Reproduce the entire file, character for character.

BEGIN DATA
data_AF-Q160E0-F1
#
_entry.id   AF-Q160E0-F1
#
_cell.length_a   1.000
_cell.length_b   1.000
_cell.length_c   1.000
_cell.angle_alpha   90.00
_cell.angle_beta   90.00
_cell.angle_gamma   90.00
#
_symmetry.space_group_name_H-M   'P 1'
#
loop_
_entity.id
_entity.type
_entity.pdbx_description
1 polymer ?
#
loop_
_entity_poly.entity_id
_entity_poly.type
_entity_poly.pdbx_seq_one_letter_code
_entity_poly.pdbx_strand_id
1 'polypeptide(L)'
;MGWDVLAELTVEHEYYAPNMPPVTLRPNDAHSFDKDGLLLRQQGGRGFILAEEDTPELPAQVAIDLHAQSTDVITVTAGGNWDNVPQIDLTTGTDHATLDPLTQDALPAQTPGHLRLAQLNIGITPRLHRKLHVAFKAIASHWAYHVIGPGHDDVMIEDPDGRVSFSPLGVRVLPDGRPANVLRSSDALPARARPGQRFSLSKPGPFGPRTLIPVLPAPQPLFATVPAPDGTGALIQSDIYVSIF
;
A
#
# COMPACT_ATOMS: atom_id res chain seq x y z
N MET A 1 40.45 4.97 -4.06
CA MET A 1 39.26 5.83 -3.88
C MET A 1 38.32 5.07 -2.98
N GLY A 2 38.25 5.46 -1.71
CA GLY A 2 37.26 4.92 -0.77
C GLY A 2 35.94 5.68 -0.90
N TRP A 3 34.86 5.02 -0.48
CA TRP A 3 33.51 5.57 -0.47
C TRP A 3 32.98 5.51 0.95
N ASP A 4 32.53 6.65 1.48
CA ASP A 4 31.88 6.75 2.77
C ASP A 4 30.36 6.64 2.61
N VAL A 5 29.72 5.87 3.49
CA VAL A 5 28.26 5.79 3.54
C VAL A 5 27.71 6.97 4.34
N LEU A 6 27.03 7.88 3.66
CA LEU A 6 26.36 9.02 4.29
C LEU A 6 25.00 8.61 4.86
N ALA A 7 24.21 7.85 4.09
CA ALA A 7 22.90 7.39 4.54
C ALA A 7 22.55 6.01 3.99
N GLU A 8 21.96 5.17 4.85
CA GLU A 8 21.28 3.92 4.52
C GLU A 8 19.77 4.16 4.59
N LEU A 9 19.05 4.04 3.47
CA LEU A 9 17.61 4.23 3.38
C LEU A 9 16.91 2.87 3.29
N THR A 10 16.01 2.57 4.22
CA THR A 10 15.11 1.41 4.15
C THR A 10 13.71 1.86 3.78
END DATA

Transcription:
data_AF-Q160E0-F1
#
_entry.id   AF-Q160E0-F1
#
_cell.length_a   1.000
_cell.length_b   1.000
_cell.length_c   1.000
_cell.angle_alpha   90.00
_cell.angle_beta   90.00
_cell.angle_gamma   90.00
#
_symmetry.space_group_name_H-M   'P 1'
#
loop_
_entity.id
_entity.type
_entity.pdbx_description
1 polymer ?
#
loop_
_entity_poly.entity_id
_entity_poly.type
_entity_poly.pdbx_seq_one_letter_code
_entity_poly.pdbx_strand_id
1 'polypeptide(L)'
;MGWDVLAELTVEHEYYAPNMPPVTLRPNDAHSFDKDGLLLRQQGGRGFILAEEDTPELPAQVAIDLHAQSTDVITVTAGGNWDNVPQIDLTTGTDHATLDPLTQDALPAQTPGHLRLAQLNIGITPRLHRKLHVAFKAIASHWAYHVIGPGHDDVMIEDPDGRVSFSPLGVRVLPDGRPANVLRSSDALPARARPGQRFSLSKPGPFGPRTLIPVLPAPQPLFATVPAPDGTGALIQSDIYVSIF
;
A
#
# COMPACT_ATOMS: atom_id res chain seq x y z
N MET A 1 40.45 4.97 -4.06
CA MET A 1 39.26 5.83 -3.88
C MET A 1 38.32 5.07 -2.98
N GLY A 2 38.25 5.46 -1.71
CA GLY A 2 37.26 4.92 -0.77
C GLY A 2 35.94 5.68 -0.90
N TRP A 3 34.86 5.02 -0.48
CA TRP A 3 33.51 5.57 -0.47
C TRP A 3 32.98 5.51 0.95
N ASP A 4 32.53 6.65 1.48
CA ASP A 4 31.88 6.75 2.77
C ASP A 4 30.36 6.64 2.61
N VAL A 5 29.72 5.87 3.49
CA VAL A 5 28.26 5.79 3.54
C VAL A 5 27.71 6.97 4.34
N LEU A 6 27.03 7.88 3.66
CA LEU A 6 26.36 9.02 4.29
C LEU A 6 25.00 8.61 4.86
N ALA A 7 24.21 7.85 4.09
CA ALA A 7 22.90 7.39 4.54
C ALA A 7 22.55 6.01 3.99
N GLU A 8 21.96 5.17 4.85
CA GLU A 8 21.28 3.92 4.52
C GLU A 8 19.77 4.16 4.59
N LEU A 9 19.05 4.04 3.47
CA LEU A 9 17.61 4.23 3.38
C LEU A 9 16.91 2.87 3.29
N THR A 10 16.01 2.57 4.22
CA THR A 10 15.11 1.41 4.15
C THR A 10 13.71 1.86 3.78